Notwithstanding the economic and financial cesspit into which the Eurozone and the United Kingdom would seem to be plunging it is reassuring to know that parliament can still find plenty of time to absorb itself in the minutiae of political obsession.  So it is that we blunder ahead with proposals for same-sex marriage, espoused by only about 27% of the homosexual community, and with the Reform of the House of Lords. On the former Mr Gove, the Education Secretary who wants to return to “traditional values” in schools will presumably be lining up  against the Government on a “free vote”, The Chief Rabbi, Lord Sachs, predicts a challenge in the European Court of Human Rights  if the bill is passed and gay marriage is barred from churches, temples, mosques and synagogues, `Old Beardie`  Rowan Cantua announces that people must “overcome their disgust” and the issue threatens to split Church from State.
The Lords Reform Bill has now been published and represents the predicted dog`s dinner of a piece of legislation. Or am I being over-generous? There will, notwithstanding the recommendations of the specially established Joint Committee, be no referendum upon a constitutional measure that proposes to create, by the proportional representation that Conservatives oppose, a “mainly elected” Upper House, of what?  Lords?  “Senators”?  Of 450 Members, whatever their title, it is proposed that, on the “little bit pregnant” basis, 80% shall be elected and 20% shall be appointed. By whom and upon what basis the 20% will be selected remains unclear.  Once in post, these worthy people – elected and appointed – will remain in post for fifteen years or until death do us part, with no further electoral accountability, free to rampage at will across a `constituency` with no constituents that need to be heeded.  The bill suggests that “The Primacy of the House of Commons will be maintained”.  Given that that primacy has hitherto rested upon the power of an electoral mandatre4 it is intellectually difficult to see how the view of one elected House shall be seen to prevail over the opinion of another that has even a second-rate mandate.  The Mayor of London, Boris Johnson, has described the bill as a nonsense designed to confuse voters and undermine the Commons. The bill  is a nonsense designed to “compensate” the Liberal Democrats for their defeat in the AV referendum.   St Nicholas of Clogg has indicated that if Tories oppose the bill “it would be an act of bad faith”.  The kind of “bad faith”, I suppose, demonstrated by Mr. Clogg when he allowed our coalition colleagues to abstain on a three-line whip confidence motion in relation to the Culture Secretary, Jeremy Hunt.  He will, perhaps, understand if a very significant number of Tories do indeed oppose the Lords Reform Bill when it is debated early in July.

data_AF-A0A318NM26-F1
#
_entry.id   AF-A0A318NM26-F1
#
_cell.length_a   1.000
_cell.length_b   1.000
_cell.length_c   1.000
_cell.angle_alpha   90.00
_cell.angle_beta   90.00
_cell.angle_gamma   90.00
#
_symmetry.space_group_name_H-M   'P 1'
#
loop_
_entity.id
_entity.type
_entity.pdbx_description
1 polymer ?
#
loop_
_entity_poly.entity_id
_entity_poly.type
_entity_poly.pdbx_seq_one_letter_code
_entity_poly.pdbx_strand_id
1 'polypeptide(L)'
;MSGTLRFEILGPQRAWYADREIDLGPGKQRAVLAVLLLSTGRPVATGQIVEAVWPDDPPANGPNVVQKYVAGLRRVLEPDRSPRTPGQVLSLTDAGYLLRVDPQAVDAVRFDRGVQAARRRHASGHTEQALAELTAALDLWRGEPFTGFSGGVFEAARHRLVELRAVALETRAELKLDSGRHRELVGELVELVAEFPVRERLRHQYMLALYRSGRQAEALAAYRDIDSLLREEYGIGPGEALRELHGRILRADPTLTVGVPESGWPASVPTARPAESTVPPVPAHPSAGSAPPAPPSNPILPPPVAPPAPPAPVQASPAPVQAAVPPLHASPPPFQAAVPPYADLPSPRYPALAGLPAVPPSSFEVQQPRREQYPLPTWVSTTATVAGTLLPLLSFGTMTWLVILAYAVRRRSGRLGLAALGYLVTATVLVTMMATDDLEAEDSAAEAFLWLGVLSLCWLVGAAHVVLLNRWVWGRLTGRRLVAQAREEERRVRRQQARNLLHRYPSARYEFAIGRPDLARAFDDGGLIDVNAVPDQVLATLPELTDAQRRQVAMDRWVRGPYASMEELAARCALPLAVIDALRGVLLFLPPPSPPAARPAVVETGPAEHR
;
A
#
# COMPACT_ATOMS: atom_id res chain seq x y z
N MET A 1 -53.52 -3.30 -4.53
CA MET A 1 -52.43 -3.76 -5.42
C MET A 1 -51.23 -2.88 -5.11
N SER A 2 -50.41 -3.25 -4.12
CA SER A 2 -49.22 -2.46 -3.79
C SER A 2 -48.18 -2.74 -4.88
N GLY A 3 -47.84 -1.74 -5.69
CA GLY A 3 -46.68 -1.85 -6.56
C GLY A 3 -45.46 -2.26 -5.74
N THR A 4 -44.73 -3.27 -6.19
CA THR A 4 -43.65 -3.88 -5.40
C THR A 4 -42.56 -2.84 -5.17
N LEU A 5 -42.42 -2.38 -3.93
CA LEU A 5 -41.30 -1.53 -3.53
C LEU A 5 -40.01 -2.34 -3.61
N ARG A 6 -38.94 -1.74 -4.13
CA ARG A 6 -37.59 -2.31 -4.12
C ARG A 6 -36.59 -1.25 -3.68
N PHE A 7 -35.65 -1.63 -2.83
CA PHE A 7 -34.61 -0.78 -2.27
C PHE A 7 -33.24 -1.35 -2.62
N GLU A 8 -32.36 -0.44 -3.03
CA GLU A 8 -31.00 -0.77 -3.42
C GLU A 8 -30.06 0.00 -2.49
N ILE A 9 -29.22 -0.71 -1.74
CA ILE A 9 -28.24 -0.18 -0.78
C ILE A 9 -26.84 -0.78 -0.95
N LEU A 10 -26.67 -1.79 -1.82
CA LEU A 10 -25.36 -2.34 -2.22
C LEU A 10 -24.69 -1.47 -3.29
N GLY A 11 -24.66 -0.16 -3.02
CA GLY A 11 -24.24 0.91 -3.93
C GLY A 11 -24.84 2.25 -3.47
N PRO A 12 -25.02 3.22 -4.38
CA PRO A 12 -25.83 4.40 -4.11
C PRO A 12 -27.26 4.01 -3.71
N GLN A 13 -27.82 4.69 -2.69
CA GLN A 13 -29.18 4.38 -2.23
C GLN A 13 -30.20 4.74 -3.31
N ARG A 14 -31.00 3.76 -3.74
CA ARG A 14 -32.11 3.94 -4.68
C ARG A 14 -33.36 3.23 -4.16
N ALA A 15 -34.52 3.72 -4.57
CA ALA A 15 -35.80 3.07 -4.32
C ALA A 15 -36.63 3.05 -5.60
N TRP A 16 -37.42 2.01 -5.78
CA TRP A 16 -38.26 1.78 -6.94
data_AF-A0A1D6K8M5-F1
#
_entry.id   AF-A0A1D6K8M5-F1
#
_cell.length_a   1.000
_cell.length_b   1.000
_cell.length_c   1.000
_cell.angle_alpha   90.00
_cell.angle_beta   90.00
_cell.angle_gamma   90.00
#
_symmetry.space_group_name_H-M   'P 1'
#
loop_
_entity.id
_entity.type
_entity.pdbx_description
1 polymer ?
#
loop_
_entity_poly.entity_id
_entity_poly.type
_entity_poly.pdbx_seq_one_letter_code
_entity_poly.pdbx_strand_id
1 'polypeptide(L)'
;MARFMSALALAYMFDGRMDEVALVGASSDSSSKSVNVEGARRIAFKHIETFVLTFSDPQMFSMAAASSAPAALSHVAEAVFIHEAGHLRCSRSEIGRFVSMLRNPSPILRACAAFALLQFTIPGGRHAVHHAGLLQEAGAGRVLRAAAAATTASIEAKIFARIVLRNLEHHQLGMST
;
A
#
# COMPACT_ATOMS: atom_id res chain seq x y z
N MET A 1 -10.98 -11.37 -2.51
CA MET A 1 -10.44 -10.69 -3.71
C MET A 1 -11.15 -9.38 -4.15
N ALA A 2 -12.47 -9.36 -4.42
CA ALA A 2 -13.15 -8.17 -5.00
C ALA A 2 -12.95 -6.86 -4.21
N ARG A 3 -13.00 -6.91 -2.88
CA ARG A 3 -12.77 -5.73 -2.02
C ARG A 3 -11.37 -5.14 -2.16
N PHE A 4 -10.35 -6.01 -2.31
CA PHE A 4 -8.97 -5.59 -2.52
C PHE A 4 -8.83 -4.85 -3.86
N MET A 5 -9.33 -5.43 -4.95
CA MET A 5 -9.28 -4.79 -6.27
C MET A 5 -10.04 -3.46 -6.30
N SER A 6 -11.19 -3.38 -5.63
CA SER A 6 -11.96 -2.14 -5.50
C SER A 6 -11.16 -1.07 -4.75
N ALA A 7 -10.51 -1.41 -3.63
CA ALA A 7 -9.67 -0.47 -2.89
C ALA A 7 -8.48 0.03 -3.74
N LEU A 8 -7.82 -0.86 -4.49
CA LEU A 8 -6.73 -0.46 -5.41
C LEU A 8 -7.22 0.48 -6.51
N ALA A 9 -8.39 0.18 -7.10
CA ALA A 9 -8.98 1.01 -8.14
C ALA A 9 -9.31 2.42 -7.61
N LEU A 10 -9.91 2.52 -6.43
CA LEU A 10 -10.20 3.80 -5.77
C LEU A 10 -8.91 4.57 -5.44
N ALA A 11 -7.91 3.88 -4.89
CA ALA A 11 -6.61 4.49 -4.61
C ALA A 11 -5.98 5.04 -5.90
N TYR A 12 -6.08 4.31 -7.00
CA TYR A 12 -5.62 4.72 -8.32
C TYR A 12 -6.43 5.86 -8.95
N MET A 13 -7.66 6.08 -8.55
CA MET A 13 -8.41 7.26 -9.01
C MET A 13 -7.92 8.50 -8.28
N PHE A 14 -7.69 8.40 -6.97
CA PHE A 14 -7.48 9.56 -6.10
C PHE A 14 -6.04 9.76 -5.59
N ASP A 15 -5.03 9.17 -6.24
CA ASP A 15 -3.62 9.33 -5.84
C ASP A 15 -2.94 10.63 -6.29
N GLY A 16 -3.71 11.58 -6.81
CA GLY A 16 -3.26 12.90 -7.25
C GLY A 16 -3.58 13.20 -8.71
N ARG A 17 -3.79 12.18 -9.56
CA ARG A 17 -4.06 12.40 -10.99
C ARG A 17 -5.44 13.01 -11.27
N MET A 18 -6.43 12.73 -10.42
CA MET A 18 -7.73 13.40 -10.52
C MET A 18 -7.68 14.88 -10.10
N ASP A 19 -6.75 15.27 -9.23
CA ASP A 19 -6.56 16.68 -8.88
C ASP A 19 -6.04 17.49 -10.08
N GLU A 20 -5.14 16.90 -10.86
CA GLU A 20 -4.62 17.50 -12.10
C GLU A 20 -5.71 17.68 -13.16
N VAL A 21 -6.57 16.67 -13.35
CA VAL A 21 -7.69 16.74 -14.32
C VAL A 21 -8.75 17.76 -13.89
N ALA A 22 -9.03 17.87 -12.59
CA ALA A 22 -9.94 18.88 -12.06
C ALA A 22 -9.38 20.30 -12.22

My old friend Ian Stewart, Labour Member of Parliament for thirteen years, is now the Mayor of Salford. His Worship has no less than thirteen `assistant mayors under a process that he has dubbed `humanegement`. He means, surely, `huge management`, a custom that he has, perhaps, picked up from the Salford Broadcasting Corporation.
`Elf `n safety`s contribution to Jubilee goodwill was to try to ban bunting in Whitehall`s offices – but also decreed that civil servants should not attempt to remove installed flags from Cabinet Office and Treasury premises because it was “clearly not sensible” for staff to stand on desks.  The response from one G. Osborne, Chancellor of the Exchequer?  “Carry on Bunting”..
Salford Broadcasting`s producer, Ben Weston, overseeing the coverage of the Thames Pageant, wanted the “lighter touch” generated by younger, more populist presenters such as Ferne Cotton and Blue Peter`s Matt Baker.  This led to the transmission of such gems as the description of the “ninety one thousand ton”  HMS Belfast, a warship that in fact weighs 11,500 tons, and attention drawn to “the hat that Nelson wore at Waterloo!”  The outgoing Director General, Mark Thompson, has said to his staff that “you`ve all done very well” while the occupants of the Dimbleby and Talbot family vaults are to be heard spinning.
Under the “bandwagons we wish we had not jumped on” heading must come the over-hasty, condemnation, by the Guardian Newspaper and by Lord Prescott on the Today programme, of the “stranding” of young “slave labour” security volunteers who were parked under London Bridge in the rain just before the dawn of pageant day. The bus delivering the young people arrived rather too early, for sure, but the rug was pulled out from under the “labour camp” accusations when the “victims” began to speak for themselves. “We had a great time” and “we had a good laugh” did not suggest quite the degree of worker oppression that Two Jags had envisaged.